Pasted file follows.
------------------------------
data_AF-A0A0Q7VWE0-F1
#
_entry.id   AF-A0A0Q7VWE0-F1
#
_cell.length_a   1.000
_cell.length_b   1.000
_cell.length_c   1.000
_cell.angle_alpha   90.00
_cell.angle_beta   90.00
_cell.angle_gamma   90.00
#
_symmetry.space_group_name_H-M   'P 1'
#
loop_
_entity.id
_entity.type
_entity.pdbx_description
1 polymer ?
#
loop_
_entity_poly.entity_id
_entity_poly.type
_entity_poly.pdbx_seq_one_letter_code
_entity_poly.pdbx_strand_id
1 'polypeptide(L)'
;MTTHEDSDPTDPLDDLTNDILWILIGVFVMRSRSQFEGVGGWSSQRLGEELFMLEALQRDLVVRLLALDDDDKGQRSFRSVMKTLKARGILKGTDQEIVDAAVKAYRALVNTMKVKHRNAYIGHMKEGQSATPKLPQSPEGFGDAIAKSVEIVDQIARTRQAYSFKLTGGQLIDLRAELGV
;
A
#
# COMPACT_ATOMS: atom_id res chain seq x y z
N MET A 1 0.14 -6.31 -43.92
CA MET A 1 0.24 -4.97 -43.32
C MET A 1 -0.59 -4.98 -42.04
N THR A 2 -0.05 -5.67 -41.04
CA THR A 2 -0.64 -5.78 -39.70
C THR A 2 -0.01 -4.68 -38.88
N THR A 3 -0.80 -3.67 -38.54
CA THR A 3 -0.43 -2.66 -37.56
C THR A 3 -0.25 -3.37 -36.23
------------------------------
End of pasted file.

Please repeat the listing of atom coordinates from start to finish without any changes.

data_AF-A0A0Q7VWE0-F1
#
_entry.id   AF-A0A0Q7VWE0-F1
#
_cell.length_a   1.000
_cell.length_b   1.000
_cell.length_c   1.000
_cell.angle_alpha   90.00
_cell.angle_beta   90.00
_cell.angle_gamma   90.00
#
_symmetry.space_group_name_H-M   'P 1'
#
loop_
_entity.id
_entity.type
_entity.pdbx_description
1 polymer ?
#
loop_
_entity_poly.entity_id
_entity_poly.type
_entity_poly.pdbx_seq_one_letter_code
_entity_poly.pdbx_strand_id
1 'polypeptide(L)'
;MTTHEDSDPTDPLDDLTNDILWILIGVFVMRSRSQFEGVGGWSSQRLGEELFMLEALQRDLVVRLLALDDDDKGQRSFRSVMKTLKARGILKGTDQEIVDAAVKAYRALVNTMKVKHRNAYIGHMKEGQSATPKLPQSPEGFGDAIAKSVEIVDQIARTRQAYSFKLTGGQLIDLRAELGV
;
A
#
# COMPACT_ATOMS: atom_id res chain seq x y z
N MET A 1 0.14 -6.31 -43.92
CA MET A 1 0.24 -4.97 -43.32
C MET A 1 -0.59 -4.98 -42.04
N THR A 2 -0.05 -5.67 -41.04
CA THR A 2 -0.64 -5.78 -39.70
C THR A 2 -0.01 -4.68 -38.88
N THR A 3 -0.80 -3.67 -38.54
CA THR A 3 -0.43 -2.66 -37.56
C THR A 3 -0.25 -3.37 -36.23